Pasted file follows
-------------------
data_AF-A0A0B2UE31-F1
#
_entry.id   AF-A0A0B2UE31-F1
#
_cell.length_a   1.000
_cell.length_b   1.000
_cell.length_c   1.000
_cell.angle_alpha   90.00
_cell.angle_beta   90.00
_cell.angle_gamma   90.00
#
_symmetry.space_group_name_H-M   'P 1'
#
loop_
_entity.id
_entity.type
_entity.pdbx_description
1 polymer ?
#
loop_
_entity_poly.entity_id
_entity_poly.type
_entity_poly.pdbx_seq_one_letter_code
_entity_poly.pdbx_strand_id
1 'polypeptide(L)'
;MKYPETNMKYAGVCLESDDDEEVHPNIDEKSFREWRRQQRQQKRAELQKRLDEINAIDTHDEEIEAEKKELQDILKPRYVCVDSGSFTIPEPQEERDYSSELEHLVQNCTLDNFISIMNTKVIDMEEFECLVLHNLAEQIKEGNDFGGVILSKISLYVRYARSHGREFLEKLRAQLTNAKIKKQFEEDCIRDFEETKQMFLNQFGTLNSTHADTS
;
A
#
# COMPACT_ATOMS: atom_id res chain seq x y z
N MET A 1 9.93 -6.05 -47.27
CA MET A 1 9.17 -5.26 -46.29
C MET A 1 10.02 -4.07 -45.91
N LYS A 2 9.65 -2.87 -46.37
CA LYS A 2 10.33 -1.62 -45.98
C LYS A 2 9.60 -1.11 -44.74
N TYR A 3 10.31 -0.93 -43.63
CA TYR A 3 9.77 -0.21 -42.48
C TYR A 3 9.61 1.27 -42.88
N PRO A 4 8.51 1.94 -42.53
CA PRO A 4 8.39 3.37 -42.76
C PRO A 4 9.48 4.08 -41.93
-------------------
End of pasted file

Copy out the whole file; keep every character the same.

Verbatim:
data_AF-A0A0B2UE31-F1
#
_entry.id   AF-A0A0B2UE31-F1
#
_cell.length_a   1.000
_cell.length_b   1.000
_cell.length_c   1.000
_cell.angle_alpha   90.00
_cell.angle_beta   90.00
_cell.angle_gamma   90.00
#
_symmetry.space_group_name_H-M   'P 1'
#
loop_
_entity.id
_entity.type
_entity.pdbx_description
1 polymer ?
#
loop_
_entity_poly.entity_id
_entity_poly.type
_entity_poly.pdbx_seq_one_letter_code
_entity_poly.pdbx_strand_id
1 'polypeptide(L)'
;MKYPETNMKYAGVCLESDDDEEVHPNIDEKSFREWRRQQRQQKRAELQKRLDEINAIDTHDEEIEAEKKELQDILKPRYVCVDSGSFTIPEPQEERDYSSELEHLVQNCTLDNFISIMNTKVIDMEEFECLVLHNLAEQIKEGNDFGGVILSKISLYVRYARSHGREFLEKLRAQLTNAKIKKQFEEDCIRDFEETKQMFLNQFGTLNSTHADTS
;
A
#
# COMPACT_ATOMS: atom_id res chain seq x y z
N MET A 1 9.93 -6.05 -47.27
CA MET A 1 9.17 -5.26 -46.29
C MET A 1 10.02 -4.07 -45.91
N LYS A 2 9.65 -2.87 -46.37
CA LYS A 2 10.33 -1.62 -45.98
C LYS A 2 9.60 -1.11 -44.74
N TYR A 3 10.31 -0.93 -43.63
CA TYR A 3 9.77 -0.21 -42.48
C TYR A 3 9.61 1.27 -42.88
N PRO A 4 8.51 1.94 -42.53
CA PRO A 4 8.39 3.37 -42.76
C PRO A 4 9.48 4.08 -41.93